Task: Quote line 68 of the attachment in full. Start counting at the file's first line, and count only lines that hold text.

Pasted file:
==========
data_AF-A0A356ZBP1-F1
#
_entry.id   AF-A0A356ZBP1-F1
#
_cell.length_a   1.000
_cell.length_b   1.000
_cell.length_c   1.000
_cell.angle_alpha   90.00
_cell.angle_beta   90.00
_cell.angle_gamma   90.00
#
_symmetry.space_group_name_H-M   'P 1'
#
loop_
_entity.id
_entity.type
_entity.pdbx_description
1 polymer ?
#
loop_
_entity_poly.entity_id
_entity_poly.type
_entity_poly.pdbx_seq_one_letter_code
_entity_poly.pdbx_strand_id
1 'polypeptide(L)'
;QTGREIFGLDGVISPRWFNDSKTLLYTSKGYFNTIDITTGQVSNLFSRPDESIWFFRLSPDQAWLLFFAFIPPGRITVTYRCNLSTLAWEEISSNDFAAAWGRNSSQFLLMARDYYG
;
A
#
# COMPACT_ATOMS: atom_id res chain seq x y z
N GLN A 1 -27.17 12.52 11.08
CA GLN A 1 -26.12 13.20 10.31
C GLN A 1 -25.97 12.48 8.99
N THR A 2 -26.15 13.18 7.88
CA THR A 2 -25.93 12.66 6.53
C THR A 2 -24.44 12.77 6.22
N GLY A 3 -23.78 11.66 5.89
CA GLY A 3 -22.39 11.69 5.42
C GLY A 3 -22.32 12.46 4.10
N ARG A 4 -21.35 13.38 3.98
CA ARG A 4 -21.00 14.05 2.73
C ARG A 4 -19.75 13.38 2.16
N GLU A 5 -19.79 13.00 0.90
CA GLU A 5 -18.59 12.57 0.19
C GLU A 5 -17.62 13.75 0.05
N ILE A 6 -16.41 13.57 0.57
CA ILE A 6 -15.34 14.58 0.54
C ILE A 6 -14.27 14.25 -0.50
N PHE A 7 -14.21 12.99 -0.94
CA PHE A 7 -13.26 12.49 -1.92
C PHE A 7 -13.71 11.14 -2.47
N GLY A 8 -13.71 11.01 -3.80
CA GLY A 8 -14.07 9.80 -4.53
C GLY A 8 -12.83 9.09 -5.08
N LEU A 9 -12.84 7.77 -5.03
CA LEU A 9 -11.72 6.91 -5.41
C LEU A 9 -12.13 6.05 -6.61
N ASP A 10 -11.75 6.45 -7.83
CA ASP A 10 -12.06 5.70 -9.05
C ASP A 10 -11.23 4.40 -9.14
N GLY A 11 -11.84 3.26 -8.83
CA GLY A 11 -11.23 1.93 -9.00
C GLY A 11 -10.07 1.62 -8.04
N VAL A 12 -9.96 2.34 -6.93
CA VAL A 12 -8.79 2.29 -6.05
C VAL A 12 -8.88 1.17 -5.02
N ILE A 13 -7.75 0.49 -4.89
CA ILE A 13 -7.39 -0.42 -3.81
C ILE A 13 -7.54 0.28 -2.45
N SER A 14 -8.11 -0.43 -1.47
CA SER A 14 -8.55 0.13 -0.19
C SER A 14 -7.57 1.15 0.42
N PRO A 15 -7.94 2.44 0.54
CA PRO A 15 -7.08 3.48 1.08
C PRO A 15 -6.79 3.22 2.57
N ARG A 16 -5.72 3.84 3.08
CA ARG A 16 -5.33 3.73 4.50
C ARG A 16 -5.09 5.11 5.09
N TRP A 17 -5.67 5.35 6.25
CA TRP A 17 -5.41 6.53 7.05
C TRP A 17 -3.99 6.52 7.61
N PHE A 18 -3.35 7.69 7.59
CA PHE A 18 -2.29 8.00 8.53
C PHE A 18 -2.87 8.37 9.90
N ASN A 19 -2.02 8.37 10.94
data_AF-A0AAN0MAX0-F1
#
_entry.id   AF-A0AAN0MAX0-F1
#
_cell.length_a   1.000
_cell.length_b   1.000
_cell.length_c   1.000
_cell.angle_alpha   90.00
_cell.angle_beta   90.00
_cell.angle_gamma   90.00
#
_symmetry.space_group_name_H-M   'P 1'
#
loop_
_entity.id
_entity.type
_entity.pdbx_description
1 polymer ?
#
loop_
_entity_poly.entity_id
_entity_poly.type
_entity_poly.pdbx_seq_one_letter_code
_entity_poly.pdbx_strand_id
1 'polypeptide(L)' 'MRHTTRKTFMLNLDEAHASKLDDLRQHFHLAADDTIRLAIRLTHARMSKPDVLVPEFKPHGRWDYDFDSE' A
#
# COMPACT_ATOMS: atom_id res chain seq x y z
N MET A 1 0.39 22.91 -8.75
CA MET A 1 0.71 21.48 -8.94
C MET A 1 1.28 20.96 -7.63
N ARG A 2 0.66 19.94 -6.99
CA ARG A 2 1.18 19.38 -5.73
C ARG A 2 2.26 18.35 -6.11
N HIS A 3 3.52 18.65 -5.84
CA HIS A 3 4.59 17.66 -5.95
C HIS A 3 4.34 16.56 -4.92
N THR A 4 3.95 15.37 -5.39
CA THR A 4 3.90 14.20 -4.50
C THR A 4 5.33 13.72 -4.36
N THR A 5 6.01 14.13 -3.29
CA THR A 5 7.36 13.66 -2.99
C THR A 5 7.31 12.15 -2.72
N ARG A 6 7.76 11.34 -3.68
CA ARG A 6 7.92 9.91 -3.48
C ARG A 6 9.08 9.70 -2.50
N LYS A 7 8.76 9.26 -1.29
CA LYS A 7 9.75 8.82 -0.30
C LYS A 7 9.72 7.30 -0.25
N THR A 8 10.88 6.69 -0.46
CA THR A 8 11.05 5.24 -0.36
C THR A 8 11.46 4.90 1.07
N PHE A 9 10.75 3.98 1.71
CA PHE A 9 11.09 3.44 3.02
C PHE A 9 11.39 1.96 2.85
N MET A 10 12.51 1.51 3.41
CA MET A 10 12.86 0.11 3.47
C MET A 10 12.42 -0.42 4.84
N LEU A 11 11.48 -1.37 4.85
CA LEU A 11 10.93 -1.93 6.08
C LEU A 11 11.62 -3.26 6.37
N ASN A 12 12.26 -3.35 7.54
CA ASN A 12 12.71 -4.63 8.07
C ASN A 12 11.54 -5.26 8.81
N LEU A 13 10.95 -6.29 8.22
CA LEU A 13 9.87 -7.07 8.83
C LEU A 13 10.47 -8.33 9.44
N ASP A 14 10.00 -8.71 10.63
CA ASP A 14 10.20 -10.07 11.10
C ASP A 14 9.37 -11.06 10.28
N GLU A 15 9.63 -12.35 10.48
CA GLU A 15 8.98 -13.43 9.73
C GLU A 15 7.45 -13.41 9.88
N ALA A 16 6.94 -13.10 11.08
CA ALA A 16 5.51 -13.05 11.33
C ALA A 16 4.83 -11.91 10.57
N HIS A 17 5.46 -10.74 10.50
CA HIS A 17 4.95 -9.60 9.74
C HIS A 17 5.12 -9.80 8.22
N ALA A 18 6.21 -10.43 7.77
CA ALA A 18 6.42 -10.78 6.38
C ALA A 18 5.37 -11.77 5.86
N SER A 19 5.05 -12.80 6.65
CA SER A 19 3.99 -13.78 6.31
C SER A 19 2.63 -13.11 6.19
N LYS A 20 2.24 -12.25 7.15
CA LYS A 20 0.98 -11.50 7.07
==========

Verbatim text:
CA ILE A 13 -7.39 -0.42 -3.81